Because its expression appears to be largely restricted to human melanomas, 9–0-acetyl-GD3 is a candidate antigen for vaccine construction. Searching for potential sources, we compared chemically 0-acety-lated calf brain GD3 and 9–0-acetyl-GD3 extracted from bovine buttermilk with 9–0-acetyl-GD3 from human melanoma. Three fractions (Fl-F3) of chemically 0-acetylated GD3 differed in the number and position of 0-acetyl groups. 0-Acetylation sites were the lactose portion in Fl and lactose as well as sialic acid in F2 and F3. Natural (melanoma- or buttermilk-derived) 9–0-acetyl-GD3 was O-acetylated solely on the sialic acid moiety. While Fl was not reactive with monoclonal antibodies against 9–0-acetyl-GD3, F2 and F3 were as reactive as the natural products. Immunization with the natural products induced high-titer antibodies against natural 9–0-acetyl-GD3 as well as F2 and F3. In contrast, mice immunized with the synthetic fractions produced antibodies only against the immunogen but not against natural 9–0-acetyl-GD3. Only immunization with the natural products induced production of antibodies reactive with surface antigens of melanoma cells expressing 9–0-acetyl-GD3. The findings suggest (a) that C-9 of the subterminal sialic acid is the site of chemical 0-acetylation in F2 and F3, as opposed to C-9 of the terminal sialic acid in the natural products; (b) that 0-acetylation of both the terminal and subterminal sialic acid moieties of GD3 results in recognition by three murine monoclonal antibodies (D1.1, ME 311, and Jones) reactive with human melanoma cells; (c) that 0-acetylation of the terminal sialic acid is critical, on the other hand, for inducing an immune response against melanoma 9–0-acetyl-GD3; and (</) that 0-acetyl GD3 from bovine buttermilk can substitute as immunogen for inducing an immune response against human melanoma cell surface antigens in the mouse.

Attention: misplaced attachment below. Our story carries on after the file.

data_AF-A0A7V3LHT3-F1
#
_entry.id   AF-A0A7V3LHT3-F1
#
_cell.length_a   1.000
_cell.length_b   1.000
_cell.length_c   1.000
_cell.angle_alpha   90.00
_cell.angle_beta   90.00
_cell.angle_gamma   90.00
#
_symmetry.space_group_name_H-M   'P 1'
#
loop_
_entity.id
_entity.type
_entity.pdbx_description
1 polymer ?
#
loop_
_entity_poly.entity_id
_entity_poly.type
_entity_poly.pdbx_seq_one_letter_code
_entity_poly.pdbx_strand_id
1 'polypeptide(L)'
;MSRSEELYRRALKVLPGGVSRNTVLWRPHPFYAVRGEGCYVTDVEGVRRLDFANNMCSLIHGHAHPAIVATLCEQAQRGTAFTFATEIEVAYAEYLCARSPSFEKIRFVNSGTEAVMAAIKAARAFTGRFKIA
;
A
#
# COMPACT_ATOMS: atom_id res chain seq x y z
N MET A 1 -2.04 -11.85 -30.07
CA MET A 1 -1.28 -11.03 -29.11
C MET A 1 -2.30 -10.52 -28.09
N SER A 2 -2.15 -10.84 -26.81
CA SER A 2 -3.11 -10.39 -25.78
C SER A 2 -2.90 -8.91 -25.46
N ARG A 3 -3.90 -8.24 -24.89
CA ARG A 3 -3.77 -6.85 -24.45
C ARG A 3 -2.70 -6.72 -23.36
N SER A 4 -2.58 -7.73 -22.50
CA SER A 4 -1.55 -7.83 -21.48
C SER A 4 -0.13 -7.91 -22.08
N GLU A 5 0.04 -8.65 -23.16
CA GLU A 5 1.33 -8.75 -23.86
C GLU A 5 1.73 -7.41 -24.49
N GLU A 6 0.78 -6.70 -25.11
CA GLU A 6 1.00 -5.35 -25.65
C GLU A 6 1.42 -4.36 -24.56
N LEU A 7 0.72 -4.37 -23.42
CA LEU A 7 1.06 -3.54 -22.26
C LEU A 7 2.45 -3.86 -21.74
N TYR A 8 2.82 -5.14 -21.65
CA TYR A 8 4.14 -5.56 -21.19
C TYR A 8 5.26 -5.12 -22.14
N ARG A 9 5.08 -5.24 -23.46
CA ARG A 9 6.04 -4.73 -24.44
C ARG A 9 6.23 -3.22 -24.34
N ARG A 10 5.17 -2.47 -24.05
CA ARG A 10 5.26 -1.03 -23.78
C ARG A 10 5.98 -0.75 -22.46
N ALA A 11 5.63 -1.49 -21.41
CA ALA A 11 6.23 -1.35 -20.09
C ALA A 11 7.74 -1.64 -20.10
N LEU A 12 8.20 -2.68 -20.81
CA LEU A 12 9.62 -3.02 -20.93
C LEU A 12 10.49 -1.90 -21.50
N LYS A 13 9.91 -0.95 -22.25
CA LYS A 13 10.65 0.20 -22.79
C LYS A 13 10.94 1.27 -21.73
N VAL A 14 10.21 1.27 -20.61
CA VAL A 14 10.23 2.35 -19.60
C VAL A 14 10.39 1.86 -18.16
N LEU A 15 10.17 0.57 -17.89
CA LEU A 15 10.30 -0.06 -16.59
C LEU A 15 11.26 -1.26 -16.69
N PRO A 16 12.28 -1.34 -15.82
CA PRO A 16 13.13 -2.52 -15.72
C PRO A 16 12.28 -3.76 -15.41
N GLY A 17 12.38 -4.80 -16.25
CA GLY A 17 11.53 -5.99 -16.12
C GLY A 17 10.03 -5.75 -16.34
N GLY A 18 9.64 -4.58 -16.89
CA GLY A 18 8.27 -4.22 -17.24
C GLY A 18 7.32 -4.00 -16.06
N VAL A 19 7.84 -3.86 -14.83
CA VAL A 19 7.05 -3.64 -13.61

|Original language||English (US)|
|Number of pages||8|
|State||Published - Mar 1 1990|
ASJC Scopus subject areas
- Cancer Research